One ought to avoid writing political commentary when angry. It doesn’t make for coherent thought. But it is difficult not to get angry about recent events in the Democratic Presidential race between Democrats Hillary Clinton and Barack Obama. It’s even more difficult to try to ignore it, and write about something else. So let’s give it a shot.
The Clinton campaign has introduced race as a wedge issue in the election, as a way to elevate her chances to overtake Mr. Obama and win the Democratic Party nomination. It is nasty. It is vicious. It is reprehensible. It is inexcusable.
The legacy of what Ms. Clinton has allowed—and is allowed—is like a backed-up toilet, overflowing, the political and social and racial repercussions of which will last for many years, and take many hours of toil to wash away again.
We had thought this was over in South Carolina, with the failed attempt by the Clintons to diminish the importance of the vote in that state because—after all—there were so many African-Americans there. We were told that after that debacle—which Obama won over Clinton, 55 percent to 27 percent, propelling him towards the frontrunner status that he has never since relinquished—Ms. Clinton’s husband, the former President and the hit man on the Carolina trail, would be put on a short leash, the implication being that the tactics which brought him the muzzle would also be put on the back burner.
The day after the South Carolina primary, in case we now forget, the Washington Post wrote: On Saturday, as Sen. Barack Obama was sweeping up the South Carolina primary, former Pres. Bill Clinton was busy downplaying the significance of Obama’s impending win, casting it as a function of the state’s demographics and the Illinois senator’s heavy African American support. “Jesse Jackson won South Carolina in ’84 and ’88,” Clinton said at a rally in Columbia. “Jackson ran a good campaign. And Obama ran a good campaign here.”
For the younger among us, this might have no meaning. But those of us who lived in the era when African-Americans were first winning the right to vote in major portions of the country—including South Carolina—remember in Mr. Clinton’s framing the old white Southern dictum that “niggers only vote for niggers, and don’t need no other reason for it except they’s niggers,” a philosophy that fueled resistance to African-American voting rights in the 1950s and 1960s, as well as the violent overturning of African-American voting and political rights in the post-Reconstruction ninety years before.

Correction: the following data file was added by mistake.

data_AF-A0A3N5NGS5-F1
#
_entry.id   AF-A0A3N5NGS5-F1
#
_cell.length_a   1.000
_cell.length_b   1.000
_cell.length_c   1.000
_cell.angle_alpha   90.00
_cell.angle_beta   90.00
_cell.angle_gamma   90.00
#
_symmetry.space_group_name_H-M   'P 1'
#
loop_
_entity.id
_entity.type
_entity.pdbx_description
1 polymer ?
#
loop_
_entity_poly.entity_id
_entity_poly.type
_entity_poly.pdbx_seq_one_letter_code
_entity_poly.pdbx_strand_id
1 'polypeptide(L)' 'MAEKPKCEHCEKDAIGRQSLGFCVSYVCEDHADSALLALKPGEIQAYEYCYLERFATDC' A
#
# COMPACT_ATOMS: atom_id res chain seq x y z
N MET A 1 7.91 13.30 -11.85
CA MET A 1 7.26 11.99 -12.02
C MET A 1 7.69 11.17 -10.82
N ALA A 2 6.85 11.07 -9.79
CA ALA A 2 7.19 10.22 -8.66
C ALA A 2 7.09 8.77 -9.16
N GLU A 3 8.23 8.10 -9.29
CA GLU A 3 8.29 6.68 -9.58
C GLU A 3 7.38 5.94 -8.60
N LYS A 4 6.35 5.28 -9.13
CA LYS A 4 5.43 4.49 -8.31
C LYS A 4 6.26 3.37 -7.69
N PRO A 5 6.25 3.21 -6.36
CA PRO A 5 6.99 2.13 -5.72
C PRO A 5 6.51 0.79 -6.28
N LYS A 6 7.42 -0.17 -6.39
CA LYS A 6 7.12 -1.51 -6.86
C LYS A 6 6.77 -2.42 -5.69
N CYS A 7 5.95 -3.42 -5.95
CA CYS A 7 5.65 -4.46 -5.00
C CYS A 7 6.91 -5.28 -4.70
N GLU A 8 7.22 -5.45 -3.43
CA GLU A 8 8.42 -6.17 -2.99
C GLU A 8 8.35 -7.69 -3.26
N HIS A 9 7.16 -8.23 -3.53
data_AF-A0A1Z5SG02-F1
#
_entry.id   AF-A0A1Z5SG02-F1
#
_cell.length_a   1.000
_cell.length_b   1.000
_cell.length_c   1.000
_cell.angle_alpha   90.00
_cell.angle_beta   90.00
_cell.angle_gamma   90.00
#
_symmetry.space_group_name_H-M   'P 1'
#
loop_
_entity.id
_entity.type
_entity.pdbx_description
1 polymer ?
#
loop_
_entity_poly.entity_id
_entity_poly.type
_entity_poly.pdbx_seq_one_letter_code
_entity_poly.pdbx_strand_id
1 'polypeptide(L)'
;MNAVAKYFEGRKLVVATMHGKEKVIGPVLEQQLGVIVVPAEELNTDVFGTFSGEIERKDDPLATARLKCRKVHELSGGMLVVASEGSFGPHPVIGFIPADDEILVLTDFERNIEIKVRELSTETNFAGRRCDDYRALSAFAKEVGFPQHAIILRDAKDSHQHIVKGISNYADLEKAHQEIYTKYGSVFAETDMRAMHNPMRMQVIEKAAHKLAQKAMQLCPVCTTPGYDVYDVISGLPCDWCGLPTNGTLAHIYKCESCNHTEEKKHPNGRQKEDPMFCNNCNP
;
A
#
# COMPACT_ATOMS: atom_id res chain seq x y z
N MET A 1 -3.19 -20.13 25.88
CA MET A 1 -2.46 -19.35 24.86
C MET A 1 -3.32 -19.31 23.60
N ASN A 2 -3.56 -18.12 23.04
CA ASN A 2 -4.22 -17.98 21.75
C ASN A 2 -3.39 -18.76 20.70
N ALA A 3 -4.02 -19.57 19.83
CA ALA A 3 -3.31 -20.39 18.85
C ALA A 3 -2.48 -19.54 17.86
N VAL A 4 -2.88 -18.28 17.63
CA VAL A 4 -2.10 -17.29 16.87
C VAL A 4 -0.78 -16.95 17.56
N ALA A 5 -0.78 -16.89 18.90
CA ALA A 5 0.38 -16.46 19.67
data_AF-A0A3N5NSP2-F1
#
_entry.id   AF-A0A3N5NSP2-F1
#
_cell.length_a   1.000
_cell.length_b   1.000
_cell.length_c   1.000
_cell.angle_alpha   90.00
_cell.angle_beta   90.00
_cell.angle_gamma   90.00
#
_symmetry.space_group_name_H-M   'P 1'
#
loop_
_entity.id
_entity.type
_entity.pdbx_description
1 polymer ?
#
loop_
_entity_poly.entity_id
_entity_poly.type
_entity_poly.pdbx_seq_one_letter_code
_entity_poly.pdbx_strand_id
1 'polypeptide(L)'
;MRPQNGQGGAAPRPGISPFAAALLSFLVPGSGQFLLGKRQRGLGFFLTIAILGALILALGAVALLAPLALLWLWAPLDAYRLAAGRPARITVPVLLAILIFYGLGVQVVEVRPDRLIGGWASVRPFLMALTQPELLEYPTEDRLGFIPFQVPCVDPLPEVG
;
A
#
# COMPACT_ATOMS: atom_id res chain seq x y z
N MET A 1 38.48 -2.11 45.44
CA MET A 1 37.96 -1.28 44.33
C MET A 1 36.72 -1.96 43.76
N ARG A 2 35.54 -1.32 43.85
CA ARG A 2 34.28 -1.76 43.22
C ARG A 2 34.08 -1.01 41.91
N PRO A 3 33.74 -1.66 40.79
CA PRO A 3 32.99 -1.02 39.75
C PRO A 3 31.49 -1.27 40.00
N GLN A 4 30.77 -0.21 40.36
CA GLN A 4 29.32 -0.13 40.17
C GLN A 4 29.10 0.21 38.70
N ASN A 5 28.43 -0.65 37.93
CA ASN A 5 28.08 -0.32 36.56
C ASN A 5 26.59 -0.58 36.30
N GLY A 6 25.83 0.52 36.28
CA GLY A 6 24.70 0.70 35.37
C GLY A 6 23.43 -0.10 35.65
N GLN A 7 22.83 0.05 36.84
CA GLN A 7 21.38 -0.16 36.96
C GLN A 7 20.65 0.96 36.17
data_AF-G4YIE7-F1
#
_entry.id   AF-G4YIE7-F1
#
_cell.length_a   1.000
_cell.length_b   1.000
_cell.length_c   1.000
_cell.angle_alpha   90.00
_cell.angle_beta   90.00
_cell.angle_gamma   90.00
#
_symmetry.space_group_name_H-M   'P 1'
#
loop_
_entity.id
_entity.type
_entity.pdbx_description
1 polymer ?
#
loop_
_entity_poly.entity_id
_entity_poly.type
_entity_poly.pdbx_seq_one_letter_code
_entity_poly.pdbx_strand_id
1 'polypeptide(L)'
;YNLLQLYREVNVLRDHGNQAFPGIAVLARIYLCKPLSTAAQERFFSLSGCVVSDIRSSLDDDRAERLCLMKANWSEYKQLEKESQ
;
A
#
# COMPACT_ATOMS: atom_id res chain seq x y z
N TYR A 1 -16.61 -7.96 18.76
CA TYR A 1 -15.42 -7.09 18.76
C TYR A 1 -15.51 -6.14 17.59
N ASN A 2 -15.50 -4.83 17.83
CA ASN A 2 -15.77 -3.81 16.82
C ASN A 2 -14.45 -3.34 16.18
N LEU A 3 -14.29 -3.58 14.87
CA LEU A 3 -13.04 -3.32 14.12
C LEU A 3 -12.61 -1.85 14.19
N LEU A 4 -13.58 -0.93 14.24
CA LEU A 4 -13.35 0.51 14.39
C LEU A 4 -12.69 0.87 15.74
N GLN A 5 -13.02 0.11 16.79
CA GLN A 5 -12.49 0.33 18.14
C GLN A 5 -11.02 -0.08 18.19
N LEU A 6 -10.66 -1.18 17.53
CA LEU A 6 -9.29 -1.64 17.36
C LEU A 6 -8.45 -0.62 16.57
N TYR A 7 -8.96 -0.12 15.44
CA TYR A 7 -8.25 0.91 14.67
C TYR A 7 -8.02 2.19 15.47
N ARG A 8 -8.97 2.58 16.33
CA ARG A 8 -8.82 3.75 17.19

It’s the kind of wink-wink, nod-nod catering to racial preference that we’ve come to expect from the Republicans from Mr. Nixon through Mr. Reagan and beyond, but had thought had been purged from public display among those in the Democratic Party who are supposed to be friends of the African-American. It’s the type of tactic the old folks in South Carolina used to call “throwing a brick and hiding your hand,” that is, saying or doing something reprehensible that will accrue to your advantage, but doing it such a sly way that you can later deny you had that intent.
Thus, for example, did George Bush interject the term “crusade” at the beginning of the Iraq War, later insisting, over and over, that the American effort was not to be considered a war of Christians against Arabs.
It is also the type of tactic which allows the perpetrator to accuse the victim of the attack of being “overly sensitive” or “raising the race question” when they protest. Insidious.
While Ms. Clinton was doing well through the 24-state Super Tuesday primaries, the issue of race was put on the back burner by her campaign. But with Mr. Obama holding a consistent delegate lead and the cold reality of delegate math making the prospects of a Clinton nomination more difficult even as she won in Texas and Ohio last week, the tactic got dusted off and put up for display.
A week ago Geraldine Ferraro, a former Congressmember and vice presidential candidate and a fundraiser for Ms. Clinton, told the Daily Breeze newspaper of Torrance that Ms. Clinton’s role as a possible first woman president was being overshadowed by Mr. Obama’s role as a possible first African-American president, with the dig that Black is the flavor of the day, and Mr. Obama’s major qualification is that he happens to be that color.
“I think what America feels about a woman becoming president takes a very secondary place to Obama’s campaign—to a kind of campaign that it would be hard for anyone to run against,” the Daily Breeze quoted Ms. Ferraro as saying. “For one thing, you have the press, which has been uniquely hard on her. It’s been a very sexist media. Some just don’t like her. The others have gotten caught up in the Obama campaign. If Obama was a white man, he would not be in this position. And if he was a woman (of any color) he would not be in this position. He happens to be very lucky to be who he is. And the country is caught up in the concept.”